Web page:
CALLS JEFF SESSIONS A “SHILL” FOR THE “DEEP STATE”
by Sharon Rondeau
(Sep. 1, 2018) — In her opening statement Saturday evening, Judge Jeanine Pirro accused Attorney General Jeff Sessions of being a “shill” for the “Deep State” in order to provide “cover” for corrupt Democrats and Justice Department bad actors.
Over the last six months, Pirro has been increasingly strident about Sessions’s refusal to resign amid President Trump’s obvious displeasure at his performance as the nation’s chief law enforcement officer primarily for Sessions’s recusal from the “Russia” investigation.
Pirro claimed that Sessions has “ignored” the “flow of hundreds of millions” to the Clinton Foundation by refusing to open an investigation into allegations of improprieties from when she served as secretary of state. Sessions has also declined to look anew at Clinton’s use of a private email server during the same period of time and subsequent destruction of “33,000 emails” and other evidence.
Many believe that the FBI’s investigation was only a formality designed to exonerate Clinton, who appeared to be the preferred candidate in text messages exchanged between then-counterintelligence deputy chief Peter Strzok and a then-FBI counsel, Lisa Page. Strzok played a prominent role in both the Clinton and Trump “Russia” probes.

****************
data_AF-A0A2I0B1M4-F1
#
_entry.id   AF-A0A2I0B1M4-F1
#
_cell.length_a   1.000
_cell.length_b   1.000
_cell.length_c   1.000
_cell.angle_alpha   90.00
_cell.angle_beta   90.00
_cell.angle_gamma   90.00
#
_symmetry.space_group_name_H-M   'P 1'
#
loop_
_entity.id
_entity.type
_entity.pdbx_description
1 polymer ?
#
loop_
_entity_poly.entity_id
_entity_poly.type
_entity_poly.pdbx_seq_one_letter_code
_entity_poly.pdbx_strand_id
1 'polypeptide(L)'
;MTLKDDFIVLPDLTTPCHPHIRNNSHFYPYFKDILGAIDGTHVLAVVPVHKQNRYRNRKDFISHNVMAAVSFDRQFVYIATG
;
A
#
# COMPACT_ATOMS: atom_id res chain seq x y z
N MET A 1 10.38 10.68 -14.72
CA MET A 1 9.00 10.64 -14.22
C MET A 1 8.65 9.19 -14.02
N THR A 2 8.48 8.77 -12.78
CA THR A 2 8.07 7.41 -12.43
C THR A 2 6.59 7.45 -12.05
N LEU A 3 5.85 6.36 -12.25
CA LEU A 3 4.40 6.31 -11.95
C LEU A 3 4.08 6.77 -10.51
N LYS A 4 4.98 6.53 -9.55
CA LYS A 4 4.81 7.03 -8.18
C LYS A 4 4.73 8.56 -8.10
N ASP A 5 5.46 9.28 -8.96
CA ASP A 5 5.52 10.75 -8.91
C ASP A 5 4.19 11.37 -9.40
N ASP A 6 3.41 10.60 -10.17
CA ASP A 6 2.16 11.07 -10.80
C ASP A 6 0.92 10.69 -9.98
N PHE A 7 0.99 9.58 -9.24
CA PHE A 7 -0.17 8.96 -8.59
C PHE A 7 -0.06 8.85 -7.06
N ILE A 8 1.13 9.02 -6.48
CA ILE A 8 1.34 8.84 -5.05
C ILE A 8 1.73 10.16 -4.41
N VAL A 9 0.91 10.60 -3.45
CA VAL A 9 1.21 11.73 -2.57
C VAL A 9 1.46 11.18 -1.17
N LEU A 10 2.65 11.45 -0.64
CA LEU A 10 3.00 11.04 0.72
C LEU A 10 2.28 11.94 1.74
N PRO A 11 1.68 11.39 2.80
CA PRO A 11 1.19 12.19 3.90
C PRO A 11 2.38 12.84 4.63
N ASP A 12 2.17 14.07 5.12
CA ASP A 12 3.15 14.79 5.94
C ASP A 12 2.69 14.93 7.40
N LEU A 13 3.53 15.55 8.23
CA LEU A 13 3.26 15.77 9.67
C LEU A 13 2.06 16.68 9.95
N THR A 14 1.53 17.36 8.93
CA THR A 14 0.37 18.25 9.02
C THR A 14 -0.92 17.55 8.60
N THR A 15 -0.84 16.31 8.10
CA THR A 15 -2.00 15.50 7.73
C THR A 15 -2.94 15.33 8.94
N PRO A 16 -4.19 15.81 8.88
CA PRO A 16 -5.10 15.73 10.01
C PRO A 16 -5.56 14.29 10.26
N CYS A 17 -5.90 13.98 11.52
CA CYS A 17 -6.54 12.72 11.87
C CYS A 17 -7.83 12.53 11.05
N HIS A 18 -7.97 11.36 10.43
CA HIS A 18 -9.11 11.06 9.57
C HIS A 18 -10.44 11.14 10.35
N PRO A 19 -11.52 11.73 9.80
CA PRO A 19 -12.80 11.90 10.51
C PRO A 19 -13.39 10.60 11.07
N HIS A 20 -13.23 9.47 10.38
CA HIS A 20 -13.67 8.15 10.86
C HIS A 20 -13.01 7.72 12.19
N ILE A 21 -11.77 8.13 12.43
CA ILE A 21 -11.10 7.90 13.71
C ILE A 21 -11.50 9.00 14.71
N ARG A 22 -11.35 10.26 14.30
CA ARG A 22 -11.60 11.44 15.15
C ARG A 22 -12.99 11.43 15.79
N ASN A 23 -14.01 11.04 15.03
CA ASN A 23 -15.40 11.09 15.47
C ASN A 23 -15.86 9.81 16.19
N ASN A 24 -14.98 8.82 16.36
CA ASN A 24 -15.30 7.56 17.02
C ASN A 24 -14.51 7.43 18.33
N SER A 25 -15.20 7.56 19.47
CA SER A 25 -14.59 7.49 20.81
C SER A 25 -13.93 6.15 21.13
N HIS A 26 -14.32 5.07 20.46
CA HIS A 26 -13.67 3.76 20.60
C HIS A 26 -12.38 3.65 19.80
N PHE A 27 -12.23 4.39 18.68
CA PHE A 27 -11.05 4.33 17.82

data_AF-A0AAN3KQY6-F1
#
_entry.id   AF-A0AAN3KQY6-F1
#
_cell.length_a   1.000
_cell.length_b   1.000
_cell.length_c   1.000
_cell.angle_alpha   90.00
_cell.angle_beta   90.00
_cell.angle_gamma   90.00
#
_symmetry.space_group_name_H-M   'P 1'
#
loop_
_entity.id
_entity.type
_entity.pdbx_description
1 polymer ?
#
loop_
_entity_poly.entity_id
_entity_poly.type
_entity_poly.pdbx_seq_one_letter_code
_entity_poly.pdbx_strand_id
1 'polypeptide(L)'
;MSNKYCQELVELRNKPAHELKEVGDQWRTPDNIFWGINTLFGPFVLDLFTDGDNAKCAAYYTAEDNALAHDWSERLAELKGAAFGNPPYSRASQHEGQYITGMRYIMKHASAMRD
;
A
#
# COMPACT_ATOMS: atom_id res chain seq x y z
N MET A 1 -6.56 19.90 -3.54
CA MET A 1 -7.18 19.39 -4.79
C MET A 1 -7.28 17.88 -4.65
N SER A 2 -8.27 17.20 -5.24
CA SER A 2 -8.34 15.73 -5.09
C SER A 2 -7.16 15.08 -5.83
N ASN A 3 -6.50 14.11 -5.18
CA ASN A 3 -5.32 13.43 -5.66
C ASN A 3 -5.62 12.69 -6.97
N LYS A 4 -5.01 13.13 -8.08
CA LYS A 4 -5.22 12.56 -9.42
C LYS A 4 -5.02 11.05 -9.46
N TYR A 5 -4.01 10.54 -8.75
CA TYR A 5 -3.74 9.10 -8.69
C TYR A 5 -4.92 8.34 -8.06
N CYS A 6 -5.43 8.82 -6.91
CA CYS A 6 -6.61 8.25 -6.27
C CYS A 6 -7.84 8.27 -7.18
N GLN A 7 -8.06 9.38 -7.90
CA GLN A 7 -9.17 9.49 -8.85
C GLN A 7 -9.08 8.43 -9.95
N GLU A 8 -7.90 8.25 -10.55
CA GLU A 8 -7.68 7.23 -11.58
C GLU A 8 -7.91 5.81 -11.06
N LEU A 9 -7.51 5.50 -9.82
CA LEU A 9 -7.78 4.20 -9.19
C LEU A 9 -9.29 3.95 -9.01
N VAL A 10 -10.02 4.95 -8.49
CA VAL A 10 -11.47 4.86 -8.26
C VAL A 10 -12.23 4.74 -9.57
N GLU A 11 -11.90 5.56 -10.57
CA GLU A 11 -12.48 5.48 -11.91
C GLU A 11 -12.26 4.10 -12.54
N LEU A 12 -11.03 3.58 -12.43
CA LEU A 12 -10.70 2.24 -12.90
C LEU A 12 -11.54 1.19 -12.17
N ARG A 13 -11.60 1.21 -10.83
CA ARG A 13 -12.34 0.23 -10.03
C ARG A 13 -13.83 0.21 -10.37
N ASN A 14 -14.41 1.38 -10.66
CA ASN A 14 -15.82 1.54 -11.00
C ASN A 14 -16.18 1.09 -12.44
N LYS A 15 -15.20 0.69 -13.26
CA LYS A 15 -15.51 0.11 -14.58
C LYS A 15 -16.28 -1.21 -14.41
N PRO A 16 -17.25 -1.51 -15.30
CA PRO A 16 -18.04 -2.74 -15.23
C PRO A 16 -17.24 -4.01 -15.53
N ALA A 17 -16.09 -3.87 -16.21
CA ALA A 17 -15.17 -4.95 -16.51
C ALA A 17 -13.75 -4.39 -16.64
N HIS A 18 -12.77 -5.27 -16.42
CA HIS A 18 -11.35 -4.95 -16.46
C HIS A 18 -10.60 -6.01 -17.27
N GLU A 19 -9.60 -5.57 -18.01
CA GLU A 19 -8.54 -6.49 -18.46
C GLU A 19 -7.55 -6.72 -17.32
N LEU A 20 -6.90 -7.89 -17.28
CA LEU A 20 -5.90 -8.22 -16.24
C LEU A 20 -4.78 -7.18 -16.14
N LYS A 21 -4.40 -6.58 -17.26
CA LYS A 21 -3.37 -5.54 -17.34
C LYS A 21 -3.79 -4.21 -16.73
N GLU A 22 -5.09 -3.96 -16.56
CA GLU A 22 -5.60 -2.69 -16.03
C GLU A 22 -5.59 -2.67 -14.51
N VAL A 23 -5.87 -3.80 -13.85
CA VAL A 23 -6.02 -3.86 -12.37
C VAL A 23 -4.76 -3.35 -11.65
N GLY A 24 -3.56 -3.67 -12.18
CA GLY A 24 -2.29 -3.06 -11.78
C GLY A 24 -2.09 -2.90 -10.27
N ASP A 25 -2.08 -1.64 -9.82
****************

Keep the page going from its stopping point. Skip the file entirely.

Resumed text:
“All the bad actors that need you to protect them are blowing smoke,” Pirro figuratively addressed Sessions while berating him for allowing the Mueller “Russia collusion” probe to continue. “You need to do one of two things: resign immediately…or put on your big-boy pants and be a real attorney general,” Pirro ended her fiery soliloquy.
Thus far, no evidence of “collusion” has been identified on the part of Trump or his campaign aides, although a number have been indicted on other charges. Some took plea deals, while former Trump campaign manager Paul Manafort was convicted two weeks ago of eight federal crimes related to his foreign consulting work.
On Friday, the resignations of two of Mueller’s prosecutors were announced, just one day after it was revealed that DOJ official Bruce Ohr kept another Mueller team member, Andrew Weissmann, “in the loop” about the now-infamous Russia “dossier” compiled to smear Trump prior to the election.
The dossier was paid for by the DNC and Clinton campaign and used as justification to spy on then-Trump campaign adviser Carter Page.
Pirro additionally suggested that following the midterm elections, Trump could appoint, on an interim basis, a replacement for Sessions, according to Article II, Section 2, clause 3 of the Constitution. Trump has told the press that he “will not fire” Sessions prior to the November 6 elections.
The Mueller investigation has not touched on evidence of corruption within the Justice Department and FBI during 2016 aimed at derailing Trump’s election and presidency nor at the allegations against Clinton.
A former prosecutor and attorney, Pirro rhetorically asked her first guest, former Arkansas Gov. Mike Huckabee, what Trump could do and who might take action on the DOJ’s corruption. “It all comes down to Jeff Sessions, a grand jury, and holding him accountable,” Pirro concluded.